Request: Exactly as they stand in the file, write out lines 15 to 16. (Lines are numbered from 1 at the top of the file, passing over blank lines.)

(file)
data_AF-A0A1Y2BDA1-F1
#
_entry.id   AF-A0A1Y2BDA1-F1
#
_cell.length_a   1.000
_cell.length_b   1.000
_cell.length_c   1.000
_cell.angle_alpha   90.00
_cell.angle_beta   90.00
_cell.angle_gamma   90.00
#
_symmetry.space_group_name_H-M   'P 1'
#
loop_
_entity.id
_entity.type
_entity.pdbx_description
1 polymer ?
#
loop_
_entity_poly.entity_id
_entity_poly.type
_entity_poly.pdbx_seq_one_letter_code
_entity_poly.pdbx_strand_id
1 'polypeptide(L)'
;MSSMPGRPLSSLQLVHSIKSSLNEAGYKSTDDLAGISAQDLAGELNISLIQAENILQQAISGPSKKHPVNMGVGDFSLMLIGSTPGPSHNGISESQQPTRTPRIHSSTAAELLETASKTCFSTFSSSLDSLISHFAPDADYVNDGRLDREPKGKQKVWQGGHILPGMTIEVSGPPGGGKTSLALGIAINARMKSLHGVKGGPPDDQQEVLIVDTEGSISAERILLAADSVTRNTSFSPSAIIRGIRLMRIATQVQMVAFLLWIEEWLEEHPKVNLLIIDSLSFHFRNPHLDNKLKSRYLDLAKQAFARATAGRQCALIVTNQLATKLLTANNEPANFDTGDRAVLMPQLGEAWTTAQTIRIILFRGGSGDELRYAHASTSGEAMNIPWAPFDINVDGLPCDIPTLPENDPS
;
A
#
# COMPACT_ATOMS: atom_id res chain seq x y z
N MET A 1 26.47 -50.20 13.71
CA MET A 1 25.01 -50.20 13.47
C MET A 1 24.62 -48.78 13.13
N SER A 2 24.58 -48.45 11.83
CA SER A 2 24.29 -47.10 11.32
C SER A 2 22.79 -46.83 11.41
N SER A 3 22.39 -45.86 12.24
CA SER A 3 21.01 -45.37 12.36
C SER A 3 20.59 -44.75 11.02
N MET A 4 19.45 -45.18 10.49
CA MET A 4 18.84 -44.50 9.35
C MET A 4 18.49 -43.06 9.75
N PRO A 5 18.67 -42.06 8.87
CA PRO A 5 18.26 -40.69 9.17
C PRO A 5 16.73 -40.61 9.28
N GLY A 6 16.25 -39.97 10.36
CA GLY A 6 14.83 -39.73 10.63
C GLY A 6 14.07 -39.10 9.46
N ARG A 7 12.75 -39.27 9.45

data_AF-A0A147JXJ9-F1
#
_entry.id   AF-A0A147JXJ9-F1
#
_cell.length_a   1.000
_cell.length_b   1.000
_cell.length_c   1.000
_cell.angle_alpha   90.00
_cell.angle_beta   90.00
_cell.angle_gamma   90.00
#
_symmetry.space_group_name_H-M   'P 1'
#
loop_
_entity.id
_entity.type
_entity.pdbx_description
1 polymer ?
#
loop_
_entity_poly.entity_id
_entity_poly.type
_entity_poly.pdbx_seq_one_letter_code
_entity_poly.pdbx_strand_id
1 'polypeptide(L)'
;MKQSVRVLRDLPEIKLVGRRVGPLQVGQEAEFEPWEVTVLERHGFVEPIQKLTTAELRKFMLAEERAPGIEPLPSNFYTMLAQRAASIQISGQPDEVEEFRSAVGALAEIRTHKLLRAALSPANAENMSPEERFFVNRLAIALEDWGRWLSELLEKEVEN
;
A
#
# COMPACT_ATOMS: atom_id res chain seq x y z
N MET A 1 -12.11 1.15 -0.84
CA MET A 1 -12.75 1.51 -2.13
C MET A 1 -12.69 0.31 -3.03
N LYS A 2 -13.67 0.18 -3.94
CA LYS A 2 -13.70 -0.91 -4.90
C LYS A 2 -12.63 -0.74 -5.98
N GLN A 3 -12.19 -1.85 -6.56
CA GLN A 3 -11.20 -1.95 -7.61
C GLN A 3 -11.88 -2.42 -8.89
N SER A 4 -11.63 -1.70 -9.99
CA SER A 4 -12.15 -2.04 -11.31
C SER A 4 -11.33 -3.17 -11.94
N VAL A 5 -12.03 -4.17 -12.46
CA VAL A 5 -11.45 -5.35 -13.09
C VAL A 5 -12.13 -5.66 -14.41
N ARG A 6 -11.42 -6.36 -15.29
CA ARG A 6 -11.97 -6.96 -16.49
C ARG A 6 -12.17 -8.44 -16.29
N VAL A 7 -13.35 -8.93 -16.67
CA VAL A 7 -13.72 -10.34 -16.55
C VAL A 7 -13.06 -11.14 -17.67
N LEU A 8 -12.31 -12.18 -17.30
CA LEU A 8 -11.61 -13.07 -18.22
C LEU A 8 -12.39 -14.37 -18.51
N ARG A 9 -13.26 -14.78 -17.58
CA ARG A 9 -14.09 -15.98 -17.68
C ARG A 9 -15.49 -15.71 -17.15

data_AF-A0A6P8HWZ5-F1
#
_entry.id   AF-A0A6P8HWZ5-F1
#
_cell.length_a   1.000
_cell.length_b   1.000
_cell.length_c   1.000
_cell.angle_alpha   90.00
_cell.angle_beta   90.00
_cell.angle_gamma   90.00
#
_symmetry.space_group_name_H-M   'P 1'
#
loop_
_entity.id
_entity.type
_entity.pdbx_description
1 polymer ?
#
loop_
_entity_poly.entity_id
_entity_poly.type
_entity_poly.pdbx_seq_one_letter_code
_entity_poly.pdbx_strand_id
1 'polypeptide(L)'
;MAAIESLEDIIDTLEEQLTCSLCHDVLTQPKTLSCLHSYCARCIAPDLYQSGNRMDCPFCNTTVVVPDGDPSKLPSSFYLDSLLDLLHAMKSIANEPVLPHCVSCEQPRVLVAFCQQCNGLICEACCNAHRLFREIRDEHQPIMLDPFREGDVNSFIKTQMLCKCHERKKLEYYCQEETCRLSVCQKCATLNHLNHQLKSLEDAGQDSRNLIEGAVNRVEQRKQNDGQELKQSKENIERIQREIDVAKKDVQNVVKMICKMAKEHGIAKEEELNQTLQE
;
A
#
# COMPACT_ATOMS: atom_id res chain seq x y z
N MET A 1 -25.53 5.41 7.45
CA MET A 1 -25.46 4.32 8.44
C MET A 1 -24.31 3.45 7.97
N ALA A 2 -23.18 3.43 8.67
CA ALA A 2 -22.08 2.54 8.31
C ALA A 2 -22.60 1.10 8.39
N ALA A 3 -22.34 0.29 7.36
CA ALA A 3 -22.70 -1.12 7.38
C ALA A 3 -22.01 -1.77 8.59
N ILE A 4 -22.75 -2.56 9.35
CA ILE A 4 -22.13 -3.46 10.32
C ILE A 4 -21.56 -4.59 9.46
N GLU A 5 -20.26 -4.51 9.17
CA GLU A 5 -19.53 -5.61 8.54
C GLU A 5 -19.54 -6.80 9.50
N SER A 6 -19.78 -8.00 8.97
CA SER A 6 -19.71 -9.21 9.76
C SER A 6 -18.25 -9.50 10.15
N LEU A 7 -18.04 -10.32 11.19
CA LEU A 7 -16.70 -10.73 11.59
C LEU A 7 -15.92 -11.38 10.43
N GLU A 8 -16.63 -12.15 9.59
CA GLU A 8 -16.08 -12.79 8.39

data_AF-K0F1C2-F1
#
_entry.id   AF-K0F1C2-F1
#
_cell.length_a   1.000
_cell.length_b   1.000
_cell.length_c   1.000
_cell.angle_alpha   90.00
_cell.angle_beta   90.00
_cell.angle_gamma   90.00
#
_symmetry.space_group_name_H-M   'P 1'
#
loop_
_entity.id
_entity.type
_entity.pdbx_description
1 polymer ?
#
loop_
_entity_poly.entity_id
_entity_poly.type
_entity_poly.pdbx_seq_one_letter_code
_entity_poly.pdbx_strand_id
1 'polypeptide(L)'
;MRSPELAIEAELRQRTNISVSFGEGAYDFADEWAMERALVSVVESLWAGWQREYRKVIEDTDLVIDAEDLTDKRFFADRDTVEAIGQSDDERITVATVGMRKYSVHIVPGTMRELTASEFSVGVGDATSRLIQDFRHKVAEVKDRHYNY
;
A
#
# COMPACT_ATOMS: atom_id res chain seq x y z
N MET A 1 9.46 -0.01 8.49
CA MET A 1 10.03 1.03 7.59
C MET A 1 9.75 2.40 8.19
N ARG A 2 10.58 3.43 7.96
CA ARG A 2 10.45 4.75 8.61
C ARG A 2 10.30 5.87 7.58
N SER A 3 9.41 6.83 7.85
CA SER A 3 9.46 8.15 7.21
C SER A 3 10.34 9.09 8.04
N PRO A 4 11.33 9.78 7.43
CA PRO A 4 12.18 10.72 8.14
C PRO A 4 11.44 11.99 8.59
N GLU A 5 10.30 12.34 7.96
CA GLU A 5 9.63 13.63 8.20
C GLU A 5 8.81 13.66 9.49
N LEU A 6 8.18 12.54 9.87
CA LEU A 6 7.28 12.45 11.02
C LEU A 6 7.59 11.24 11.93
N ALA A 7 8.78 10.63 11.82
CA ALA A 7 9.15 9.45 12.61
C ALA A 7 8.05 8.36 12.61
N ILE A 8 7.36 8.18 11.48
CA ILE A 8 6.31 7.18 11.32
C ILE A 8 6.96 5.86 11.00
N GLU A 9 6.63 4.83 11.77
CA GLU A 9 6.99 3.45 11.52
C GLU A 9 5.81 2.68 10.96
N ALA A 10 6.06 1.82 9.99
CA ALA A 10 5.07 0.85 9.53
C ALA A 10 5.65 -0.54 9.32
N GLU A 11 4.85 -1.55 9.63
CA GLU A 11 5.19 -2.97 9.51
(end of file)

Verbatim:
_entity.id
_entity.type